First, there are only two ways that a taxpayer can receive a final determination from the Department (i.e., exhaust its administrative remedies): 1) pay the taxes owed, request a refund, and file a petition in the Tax Court when the refund is denied; or 2) protest the assessment of the tax and, upon receiving an adverse letter of findings, appeal to the Tax Court. See State v. Sproles, 672 N.E.2d 1353, 1357 (Ind. 1996); Etzler v. Indiana Dep't of State Revenue, 957 N.E.2d 706, 708-09 (Ind.Tax Ct. 2011). Here, the stipulated facts show that Aztec pursued both of these avenues. (Jt. Stip. ¶ ¶ 9-11.) Thus, Aztec obtained a final determination from the Department before initiating its appeal.

Second, whether Aztec sought a refund based on the consumption exemption at the administrative level does not implicate the Court's subject matter jurisdiction. Indeed, " subject matter jurisdiction does not depend upon the sufficiency or correctness of the averments in [a] complaint, the stating of a good cause of action, the validity of [a party's] demand, or [a party's] right to relief." In re Adoption of H.S., 483 N.E.2d 777, 780 (Ind.Ct.App. 1985). See also, e.g., Pivarnik v. N. Ind. Pub. Serv. Co., 636 N.E.2d 131, 137 (Ind. 1994) (stating that subject matter jurisdiction concerns the power of a court to decide particular kinds of cases, not the intricacies of pleading). Accordingly, the Court finds that it has subject matter jurisdiction over this case.

The Consumption Exemption

It is well established that exemption statutes are strictly construed against the taxpayer. See Indianapolis Fruit Co. v. Dep't of State Revenue, 691 N.E.2d 1379, 1383 (Ind.Tax Ct. 1998). Furthermore, the taxpayer bears the burden of proving entitlement to the exemption it seeks. Id. During the period at issue, the consumption exemption provided that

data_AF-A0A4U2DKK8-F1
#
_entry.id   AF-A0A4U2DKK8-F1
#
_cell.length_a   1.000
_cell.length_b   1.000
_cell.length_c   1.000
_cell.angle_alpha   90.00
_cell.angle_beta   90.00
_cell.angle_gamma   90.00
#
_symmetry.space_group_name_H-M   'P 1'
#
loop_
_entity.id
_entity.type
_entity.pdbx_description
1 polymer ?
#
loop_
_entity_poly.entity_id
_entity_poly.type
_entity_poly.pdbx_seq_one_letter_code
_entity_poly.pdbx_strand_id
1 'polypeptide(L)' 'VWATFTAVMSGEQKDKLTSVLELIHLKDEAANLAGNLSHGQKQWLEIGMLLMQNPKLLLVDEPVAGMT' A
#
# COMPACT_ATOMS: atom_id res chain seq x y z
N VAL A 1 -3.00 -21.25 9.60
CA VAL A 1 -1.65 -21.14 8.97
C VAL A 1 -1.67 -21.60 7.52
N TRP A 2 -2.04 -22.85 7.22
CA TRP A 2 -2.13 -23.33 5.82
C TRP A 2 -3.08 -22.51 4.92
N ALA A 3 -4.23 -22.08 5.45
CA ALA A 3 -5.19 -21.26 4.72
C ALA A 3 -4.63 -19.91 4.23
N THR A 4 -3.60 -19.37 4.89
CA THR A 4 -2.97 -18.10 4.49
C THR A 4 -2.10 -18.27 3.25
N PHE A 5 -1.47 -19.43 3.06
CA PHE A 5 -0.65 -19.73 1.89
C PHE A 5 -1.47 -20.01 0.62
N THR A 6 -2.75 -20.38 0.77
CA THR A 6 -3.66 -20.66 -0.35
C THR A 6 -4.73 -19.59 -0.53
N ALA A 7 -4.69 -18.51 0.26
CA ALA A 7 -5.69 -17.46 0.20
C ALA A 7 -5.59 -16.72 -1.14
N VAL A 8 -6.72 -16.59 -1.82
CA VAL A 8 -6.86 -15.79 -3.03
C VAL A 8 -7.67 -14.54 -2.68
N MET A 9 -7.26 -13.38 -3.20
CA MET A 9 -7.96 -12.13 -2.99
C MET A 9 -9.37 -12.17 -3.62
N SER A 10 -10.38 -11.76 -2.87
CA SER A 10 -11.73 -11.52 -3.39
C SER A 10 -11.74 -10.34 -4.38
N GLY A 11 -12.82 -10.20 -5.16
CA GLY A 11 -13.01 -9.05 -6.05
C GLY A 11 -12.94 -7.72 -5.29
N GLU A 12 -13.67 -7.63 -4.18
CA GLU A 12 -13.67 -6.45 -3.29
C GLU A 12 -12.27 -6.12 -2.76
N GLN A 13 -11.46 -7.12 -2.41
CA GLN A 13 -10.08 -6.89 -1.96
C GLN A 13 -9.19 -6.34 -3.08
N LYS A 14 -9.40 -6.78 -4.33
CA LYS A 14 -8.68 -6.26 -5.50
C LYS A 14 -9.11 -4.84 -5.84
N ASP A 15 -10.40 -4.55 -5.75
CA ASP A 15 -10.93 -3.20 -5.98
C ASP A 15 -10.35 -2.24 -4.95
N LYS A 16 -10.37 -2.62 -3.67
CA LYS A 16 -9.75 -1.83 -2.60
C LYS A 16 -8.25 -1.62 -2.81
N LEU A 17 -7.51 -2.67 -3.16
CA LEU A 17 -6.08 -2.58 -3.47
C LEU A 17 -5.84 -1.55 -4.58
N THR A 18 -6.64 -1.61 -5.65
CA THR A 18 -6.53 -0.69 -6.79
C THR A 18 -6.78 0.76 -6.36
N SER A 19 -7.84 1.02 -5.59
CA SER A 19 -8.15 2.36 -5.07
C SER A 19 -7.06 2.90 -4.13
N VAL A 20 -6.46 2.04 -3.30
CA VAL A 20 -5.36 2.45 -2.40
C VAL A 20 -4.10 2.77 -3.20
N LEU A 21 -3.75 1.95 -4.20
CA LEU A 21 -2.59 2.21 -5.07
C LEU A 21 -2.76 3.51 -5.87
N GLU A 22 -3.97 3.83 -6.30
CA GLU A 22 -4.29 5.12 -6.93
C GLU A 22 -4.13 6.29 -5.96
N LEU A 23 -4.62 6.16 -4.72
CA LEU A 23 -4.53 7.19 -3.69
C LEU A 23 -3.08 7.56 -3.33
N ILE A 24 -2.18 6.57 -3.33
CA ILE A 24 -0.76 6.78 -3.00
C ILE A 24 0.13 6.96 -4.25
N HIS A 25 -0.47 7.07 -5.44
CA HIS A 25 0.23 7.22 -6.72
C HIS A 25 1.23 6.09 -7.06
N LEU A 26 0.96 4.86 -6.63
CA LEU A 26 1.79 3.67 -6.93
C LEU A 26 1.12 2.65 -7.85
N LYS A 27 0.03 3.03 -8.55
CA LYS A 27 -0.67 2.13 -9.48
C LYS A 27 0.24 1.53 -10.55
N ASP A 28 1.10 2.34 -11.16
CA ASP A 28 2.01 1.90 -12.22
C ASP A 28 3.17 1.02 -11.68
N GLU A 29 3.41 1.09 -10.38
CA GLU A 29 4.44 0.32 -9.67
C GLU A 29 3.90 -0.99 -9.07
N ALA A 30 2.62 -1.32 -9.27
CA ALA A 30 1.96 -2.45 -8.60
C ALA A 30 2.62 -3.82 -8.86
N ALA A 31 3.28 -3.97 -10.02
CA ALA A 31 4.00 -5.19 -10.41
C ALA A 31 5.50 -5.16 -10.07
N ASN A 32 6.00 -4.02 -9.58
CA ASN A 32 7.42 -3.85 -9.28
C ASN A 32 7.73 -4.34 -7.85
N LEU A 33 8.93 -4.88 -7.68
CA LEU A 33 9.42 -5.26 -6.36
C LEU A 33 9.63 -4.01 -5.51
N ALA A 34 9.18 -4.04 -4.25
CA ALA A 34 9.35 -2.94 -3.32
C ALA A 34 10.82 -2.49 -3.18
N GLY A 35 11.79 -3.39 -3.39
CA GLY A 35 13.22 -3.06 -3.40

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[t]ransactions involving [electrical energy] are exempt from [sales tax] if the person acquiring the [electrical energy] acquires it for direct consumption as a material to be consumed in the direct production of other tangible personal property in the person's business of manufacturing, processing, refining, repairing, mining, agriculture, horticulture, floriculture, or arboriculture.

See Ind. Code § 6-2.5-5-5.1(a)-(b) (2010) (amended 2011). To qualify for this exemption, Aztec must show that: 1) it is engaged in production, 2) it has an integrated production process, and 3) the electricity is essential and integral to its integrated production process. See, e.g., Indianapolis Fruit, 691 N.E.2d at 1383-84.

1. Engaged in Production

" [T]here is one iron-clad rule: without production there can be no exemption." Id. at 1384 (citations omitted). " [W]hether production is occurring depends on the factual circumstances of [each] case." Id. In any event, production requires a " substantial" change or transformation resulting from " an integrated series of operations [that] places tangible personal property in a form, composition, or character different from that in which it was acquired." 45 Ind. Admin. Code 2.2-5-8(k) (2010) (see http://www.in.gov/legislative/iac/ ). Although " production is 'defined broadly[,]' [it] 'focuses on the creation of a marketable good.'" Indianapolis Fruit, 691 N.E.2d at 1383-84 (citations omitted); see also Harlan Sprague Dawley, Inc. v. Indiana Dep't of State Revenue, 605 N.E.2d 1222, 1226-30 (Ind.Tax Ct. 1992) (explaining that production has the same meaning under the equipment, incorporation, and consumption exemptions).

Aztec claims that it is engaged in production because it creates marketable products, i.e., the entré es, when it prepares and then combines food items. (See Pet'r Br. at 8.) The Department, however, contends that Aztec is not engaged in production when combining cooked chicken, steamed tortilla shells, and other food items into entré es because these activities do not substantially transform the food items either physically or chemically. (See Resp't Br. at 9-11; Trial Tr. at 47-53.)

" With respect to food items, this Court has held that a taxpayer is entitled to the equipment exemption when its equipment is directly used to induce a substantial chemical change in the food, thereby transforming the food into a new, marketable product." Trump Indiana, Inc. v. Indiana Dep't of State Revenue, 790 N.E.2d 192, 196 (Ind.Tax Ct. 2003) (citing Indianapolis Fruit, 691 N.E.2d at 1383-84), rev'd on other grounds, 814 N.E.2d 1017 (Ind. 2004). The Court has also held, however, that a wholesale supplier of fruits and vegetables is engaged in production when it cleans, cuts, and packages the fruits and vegetables for resale despite the lack of a chemical change in the fruits and vegetables. See Indianapolis Fruit, 691 N.E.2d at 1381-83.